Two Books to Add to Your Reading List This Autumn

Just our type.

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Helpmeet by Naben Ruthnum


Helpmeet by by Naben Ruthnum book cover


It’s late November 1900, and Louise Wilk’s husband is dying, and not at all in a usual manner. Edward Wilk’s body is slowly falling apart. Appendages rot as he lives; there are holes where facial features ought to be. As he careens toward death, it is only Louise who is entrusted to transport him to his desired resting place: his family’s overgrown and abandoned orchard.

Journey Prize–winner Naben Ruthnum’s Helpmeet is a rare gem. The novella’s prose is as striking as it is terrifying, with images that will haunt one days after reading. In Edward Wilk’s study, “drawers extended like a row of dumb tongues.” Elsewhere, Louise’s steadfast care for her husband finds unexpected—and unsettling—beauty in body horror: morning light turns the orifices of Edward’s disfigured face “into a cut of pure sun.” As Edward’s condition advances, Louise must confront both her husband’s imperfections and the source of his sickness.

Ruthnum’s novella is a must-read for dedicated fans of horror or for newcomers open to a seasonal scare. Emotionally complex, ambitious, and disturbing, this uniquely chilling tale is one to be savoured.


Ink Blood Sister Scribe by Emma Törzs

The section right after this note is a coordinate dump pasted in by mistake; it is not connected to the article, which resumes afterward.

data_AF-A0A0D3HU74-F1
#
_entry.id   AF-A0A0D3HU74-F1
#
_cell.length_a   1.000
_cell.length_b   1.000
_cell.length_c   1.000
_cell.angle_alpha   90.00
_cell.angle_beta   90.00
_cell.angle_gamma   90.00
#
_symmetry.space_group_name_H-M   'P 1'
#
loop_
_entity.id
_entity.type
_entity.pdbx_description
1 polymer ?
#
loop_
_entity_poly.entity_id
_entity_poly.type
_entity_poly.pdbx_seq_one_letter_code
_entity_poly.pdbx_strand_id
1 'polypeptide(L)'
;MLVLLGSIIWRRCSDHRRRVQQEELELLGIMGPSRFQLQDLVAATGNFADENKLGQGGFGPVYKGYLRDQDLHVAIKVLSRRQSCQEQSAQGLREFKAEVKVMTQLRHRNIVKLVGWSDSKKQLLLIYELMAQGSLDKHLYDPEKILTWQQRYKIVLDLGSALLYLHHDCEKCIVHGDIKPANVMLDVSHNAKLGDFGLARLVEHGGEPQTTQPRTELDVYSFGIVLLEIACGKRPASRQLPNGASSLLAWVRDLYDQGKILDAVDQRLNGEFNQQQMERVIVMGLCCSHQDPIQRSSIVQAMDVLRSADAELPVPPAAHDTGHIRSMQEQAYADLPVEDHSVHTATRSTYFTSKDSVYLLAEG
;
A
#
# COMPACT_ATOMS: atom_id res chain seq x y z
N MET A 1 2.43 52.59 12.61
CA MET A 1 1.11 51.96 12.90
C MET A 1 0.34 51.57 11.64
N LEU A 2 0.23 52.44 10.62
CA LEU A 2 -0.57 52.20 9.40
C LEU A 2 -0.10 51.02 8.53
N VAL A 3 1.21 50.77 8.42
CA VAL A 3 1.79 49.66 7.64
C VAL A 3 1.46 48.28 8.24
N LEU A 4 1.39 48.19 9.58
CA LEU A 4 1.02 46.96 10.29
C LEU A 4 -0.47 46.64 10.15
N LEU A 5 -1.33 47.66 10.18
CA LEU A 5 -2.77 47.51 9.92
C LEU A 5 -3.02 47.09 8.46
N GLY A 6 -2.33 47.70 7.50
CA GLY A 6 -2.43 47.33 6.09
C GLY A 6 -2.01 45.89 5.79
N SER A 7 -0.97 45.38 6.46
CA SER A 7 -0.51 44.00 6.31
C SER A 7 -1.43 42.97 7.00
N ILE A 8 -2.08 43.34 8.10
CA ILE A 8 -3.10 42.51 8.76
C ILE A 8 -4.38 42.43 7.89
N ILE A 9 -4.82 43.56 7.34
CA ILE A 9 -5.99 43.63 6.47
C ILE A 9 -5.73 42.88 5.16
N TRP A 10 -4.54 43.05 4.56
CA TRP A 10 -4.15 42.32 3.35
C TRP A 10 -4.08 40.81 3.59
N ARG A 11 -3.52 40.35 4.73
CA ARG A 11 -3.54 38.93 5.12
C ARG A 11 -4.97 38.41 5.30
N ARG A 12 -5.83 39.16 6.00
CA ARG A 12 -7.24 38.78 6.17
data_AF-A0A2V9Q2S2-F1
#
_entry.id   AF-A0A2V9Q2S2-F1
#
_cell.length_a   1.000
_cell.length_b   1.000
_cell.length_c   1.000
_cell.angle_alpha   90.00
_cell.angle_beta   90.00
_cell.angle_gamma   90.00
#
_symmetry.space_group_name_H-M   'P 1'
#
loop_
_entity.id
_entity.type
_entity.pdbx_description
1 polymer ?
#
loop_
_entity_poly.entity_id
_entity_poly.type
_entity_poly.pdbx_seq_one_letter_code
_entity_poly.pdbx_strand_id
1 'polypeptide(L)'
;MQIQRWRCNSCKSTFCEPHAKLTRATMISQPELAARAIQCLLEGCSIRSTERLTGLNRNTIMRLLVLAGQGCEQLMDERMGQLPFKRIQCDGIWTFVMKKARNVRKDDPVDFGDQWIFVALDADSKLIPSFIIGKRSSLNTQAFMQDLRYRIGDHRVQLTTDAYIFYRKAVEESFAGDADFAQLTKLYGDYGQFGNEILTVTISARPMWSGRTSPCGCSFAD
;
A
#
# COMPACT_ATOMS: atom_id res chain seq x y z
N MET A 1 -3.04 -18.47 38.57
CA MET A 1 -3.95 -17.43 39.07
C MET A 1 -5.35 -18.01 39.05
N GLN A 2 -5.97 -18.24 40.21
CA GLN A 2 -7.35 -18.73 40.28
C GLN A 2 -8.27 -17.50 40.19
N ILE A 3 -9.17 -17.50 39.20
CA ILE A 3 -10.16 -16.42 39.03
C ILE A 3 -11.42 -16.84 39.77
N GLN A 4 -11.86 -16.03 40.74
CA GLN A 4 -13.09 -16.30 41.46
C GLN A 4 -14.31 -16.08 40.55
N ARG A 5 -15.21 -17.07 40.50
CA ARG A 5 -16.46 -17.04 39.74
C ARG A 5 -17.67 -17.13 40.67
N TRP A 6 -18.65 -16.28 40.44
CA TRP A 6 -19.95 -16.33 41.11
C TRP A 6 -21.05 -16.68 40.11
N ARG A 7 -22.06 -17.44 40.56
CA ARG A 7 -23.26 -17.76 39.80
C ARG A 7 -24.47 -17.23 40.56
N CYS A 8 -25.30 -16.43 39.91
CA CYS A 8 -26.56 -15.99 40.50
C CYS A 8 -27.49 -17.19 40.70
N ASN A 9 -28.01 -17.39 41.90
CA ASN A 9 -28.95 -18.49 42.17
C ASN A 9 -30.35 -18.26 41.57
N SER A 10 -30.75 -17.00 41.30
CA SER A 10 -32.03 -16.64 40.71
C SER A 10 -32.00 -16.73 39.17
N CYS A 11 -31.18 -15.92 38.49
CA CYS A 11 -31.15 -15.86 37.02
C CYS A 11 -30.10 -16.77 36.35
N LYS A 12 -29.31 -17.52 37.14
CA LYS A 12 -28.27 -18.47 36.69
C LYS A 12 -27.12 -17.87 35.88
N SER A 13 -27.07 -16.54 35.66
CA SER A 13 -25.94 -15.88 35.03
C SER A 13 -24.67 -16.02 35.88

Genre readers may already be familiar with Emma Törzs’s short fiction; her lush short stories have been published in several venerated speculative magazines. Ink Blood Sister Scribe, Törzs’s debut novel, draws readers into a deftly rendered magical world.

Sisters Joanna and Esther have always known magic exists. Their father dedicated his life to preserving rare and enchanted books. Able to read spells into being, Joanna commits herself to their library’s pristine preservation. Esther, immune to and untouched by the books, is forced into a nomadic existence, constantly outrunning a relentless danger. When their father is killed mid spell, the sisters are thrust into an intricate puzzle of satisfying magic systems and deep family secrets. The novel is at its best once Esther and Joanna collide with Nicholas, another magical practitioner, and their personalities can spark off one another.

Ink Blood Sister Scribe reads as a love letter to the fantastical novels of the ’90s and 2000s but with more grown-up sensibilities. Törzs fans may miss the richness of her short prose, but Ink Blood Sister Scribe leaves one eager for her next novel.